Estimating MU for microbiological plate count – using Recovery Replicates method

In the last article, we showed how intermediate reproducibility duplicates data of the laboratory control samples (LCS’s) could be used to estimate the measurement uncertainty of an aerobic count method. If it is safe to assume that analysis recovery is reasonably constant for a particular organism in a given sample matrix, the uncertainty in a microbial enumeration test can be evaluated by studying the recovery data over time.

But, what is analysis recovery?

Recovery is defined as “Proportion of the amount of analyte, present in or added to the analytical portion of the test material, which is extracted and presented for measurement”. In a method validation protocol, analytical recovery studies are an essential component which cannot be ignored.

Recovery data R obtained as the ratio of the concentration of analyte found to that stated to be present, can be used to determine bias present in a particular test method by studying if the difference between the actual test result is found to be significantly different from the assigned or known value.  Even if the bias does exist, it is still not current conventional practice to correct for bias in quantitative microbiology results.

Therefore to get a recovery data, one has to add a known amount of analyte to a matrix and the whole matrix is then subject to the whole process of the test method. The amount recovered minus the original amount present should indicate the recovery factor.

In a perfect situation, R would be exactly unity (1) but in reality, circumstances such as imperfect extraction or serial dilutions often give observations that differ from the ideal.

Hence, we must take note of the sources of uncertainty in recovery estimation. Some of them are:

  1. repeatability of the recovery experiment
  2. uncertainties in reference material values
  3. uncertainties in added spike quantity (in terms of weight or volume)
  4. poor representation of native (originally present) analyte by the added spike
  5. poor or restricted match between experimental matrix and the full range of sample matrices encountered
  6. effect of analyte / spike level on recovery and imperfect match of spike or reference material analyte level and analyte level in samples.

Consequently, recovery differences over time reflect the various uncertainty contributors, including but not limiting to the following:

  • random error which is a common cause variability
  • analyst differences
  • different equipment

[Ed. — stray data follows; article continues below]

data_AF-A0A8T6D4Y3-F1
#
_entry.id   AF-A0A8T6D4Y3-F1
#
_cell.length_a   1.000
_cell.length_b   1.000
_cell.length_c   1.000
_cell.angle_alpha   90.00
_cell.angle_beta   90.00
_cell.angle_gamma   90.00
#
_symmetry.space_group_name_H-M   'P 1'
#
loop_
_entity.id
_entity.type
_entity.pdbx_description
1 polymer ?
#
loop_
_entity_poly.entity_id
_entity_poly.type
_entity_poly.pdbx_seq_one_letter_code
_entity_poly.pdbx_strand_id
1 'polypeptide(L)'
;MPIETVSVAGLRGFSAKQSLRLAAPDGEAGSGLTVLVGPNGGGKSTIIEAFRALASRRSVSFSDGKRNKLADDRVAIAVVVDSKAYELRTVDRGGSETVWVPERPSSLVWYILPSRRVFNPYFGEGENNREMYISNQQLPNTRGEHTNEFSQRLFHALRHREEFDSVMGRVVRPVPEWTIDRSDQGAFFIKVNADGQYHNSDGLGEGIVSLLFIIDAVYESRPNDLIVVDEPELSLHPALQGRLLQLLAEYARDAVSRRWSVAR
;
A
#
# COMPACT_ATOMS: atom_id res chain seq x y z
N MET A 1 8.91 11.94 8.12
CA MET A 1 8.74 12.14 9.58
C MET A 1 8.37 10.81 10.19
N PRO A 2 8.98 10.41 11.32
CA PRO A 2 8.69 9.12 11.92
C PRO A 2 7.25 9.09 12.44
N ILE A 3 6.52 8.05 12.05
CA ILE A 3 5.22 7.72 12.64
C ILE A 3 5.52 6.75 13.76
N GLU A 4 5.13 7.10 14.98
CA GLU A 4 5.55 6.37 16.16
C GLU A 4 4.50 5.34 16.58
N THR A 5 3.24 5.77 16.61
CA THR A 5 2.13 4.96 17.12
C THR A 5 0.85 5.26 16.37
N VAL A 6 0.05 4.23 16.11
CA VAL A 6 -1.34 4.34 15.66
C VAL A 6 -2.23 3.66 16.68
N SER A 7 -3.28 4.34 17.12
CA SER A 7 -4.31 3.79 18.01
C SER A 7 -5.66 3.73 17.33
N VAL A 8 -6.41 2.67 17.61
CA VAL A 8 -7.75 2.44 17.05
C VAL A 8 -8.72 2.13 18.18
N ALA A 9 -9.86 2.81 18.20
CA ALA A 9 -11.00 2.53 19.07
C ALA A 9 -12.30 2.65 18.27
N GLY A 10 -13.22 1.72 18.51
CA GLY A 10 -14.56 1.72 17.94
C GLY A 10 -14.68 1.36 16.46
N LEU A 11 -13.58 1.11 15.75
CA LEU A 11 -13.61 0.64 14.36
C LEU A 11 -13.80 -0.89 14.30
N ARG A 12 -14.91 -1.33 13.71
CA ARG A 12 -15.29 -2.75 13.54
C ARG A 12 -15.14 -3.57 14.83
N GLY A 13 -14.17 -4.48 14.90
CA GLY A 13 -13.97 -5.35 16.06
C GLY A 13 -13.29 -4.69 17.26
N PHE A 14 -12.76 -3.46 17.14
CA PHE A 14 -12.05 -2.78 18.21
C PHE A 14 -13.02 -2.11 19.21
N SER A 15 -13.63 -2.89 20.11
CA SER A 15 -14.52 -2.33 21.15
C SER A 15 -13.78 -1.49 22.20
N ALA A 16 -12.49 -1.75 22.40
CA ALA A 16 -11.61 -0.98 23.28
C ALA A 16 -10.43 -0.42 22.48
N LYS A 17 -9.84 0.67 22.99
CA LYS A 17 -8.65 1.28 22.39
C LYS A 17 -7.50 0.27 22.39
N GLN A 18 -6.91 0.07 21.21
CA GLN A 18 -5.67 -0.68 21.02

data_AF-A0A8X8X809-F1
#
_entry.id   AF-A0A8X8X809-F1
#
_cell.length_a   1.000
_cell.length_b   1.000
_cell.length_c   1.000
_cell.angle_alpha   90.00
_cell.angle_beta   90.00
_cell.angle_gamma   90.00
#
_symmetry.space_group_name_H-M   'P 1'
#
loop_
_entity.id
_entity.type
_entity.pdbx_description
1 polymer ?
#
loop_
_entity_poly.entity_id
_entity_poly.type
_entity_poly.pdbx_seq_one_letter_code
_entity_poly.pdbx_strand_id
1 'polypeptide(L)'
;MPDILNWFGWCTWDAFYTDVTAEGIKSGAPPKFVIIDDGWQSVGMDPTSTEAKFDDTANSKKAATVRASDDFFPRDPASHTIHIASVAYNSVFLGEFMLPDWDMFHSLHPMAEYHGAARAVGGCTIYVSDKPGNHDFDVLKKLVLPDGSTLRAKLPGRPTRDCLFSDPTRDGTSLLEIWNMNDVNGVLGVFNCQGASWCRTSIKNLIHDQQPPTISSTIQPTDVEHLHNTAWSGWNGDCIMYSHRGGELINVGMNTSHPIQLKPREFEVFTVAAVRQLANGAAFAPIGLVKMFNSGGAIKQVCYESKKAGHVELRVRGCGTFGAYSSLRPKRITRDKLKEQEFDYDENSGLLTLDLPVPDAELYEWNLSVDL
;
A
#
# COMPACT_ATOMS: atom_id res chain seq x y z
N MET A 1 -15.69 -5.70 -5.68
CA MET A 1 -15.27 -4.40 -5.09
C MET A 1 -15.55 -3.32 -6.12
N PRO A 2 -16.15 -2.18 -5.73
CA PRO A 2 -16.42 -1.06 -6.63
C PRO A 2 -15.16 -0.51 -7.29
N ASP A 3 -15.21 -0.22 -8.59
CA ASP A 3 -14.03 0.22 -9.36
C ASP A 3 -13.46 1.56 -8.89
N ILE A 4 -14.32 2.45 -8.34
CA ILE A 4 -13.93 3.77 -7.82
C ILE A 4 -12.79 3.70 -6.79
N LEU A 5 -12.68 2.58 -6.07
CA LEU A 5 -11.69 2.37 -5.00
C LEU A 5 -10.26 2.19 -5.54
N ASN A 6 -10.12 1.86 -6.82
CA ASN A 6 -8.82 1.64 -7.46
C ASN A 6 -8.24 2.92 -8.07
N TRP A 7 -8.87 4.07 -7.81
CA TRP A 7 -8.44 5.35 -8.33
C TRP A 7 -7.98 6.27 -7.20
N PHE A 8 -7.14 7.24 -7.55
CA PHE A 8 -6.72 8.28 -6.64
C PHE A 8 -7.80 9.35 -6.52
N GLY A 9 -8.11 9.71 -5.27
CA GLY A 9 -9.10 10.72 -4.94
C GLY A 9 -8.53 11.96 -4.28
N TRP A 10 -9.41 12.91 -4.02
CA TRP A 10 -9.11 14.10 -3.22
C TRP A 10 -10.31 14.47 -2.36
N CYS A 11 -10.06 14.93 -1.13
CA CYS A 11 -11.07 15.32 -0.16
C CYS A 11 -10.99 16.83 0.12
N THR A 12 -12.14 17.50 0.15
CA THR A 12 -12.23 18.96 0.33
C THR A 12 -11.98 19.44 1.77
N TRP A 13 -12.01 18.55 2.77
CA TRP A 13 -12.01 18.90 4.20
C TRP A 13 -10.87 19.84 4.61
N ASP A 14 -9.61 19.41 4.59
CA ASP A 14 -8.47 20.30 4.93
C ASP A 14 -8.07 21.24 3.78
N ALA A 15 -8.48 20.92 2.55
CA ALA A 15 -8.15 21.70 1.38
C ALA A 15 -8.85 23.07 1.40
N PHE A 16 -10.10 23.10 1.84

• different environmental conditions

The aim of this method therefore is to use recovery variations of laboratory control samples over time to determine how various sources of uncertainty affect the final test results.

A2LA calculation method

A recovery test is conducted by plating the same amount of inoculum in petri dishes with and without the matrix of interest and counting the colony forming units (CFU’s) after growth in sterile nutrient agar at specified temperature over incubation time required.  The difference between the counts from the plate without matrix and the plate with matrix samples is a measure of recovery of the organism, usually expressed as a percentage of the CFU count in the inoculated sample.

A2LA carried out 20 replicates of great different inoculated levels and found the recovery was reasonably constant. Hence, it is assumed that the matrix used for this study is representative of those samples where an estimate of uncertainty is needed.

Image 1 below shows the data of the recovery replicates obtained over time and the subsequent calculation involving transformation of data to logarithmic values.

A2LA Table2

For example, for a result of 1,000 CFU, we can report the uncertainty interval as 606 to 1,647 CFU.

It may be noted that the actual calculated interval was 607 and 1,646, but for maximum coverage of 95% confidence interval, the results by convention are always “rounded down” for the value at the lower end of the range and always “rounded up” for the value at the upper end.

Like the method using the intermediate reproducibility data, this current method has also adequately captured in the estimate various types of uncertainty sources, namely: random error, counting error, dilutions, environment, equipment and analyst.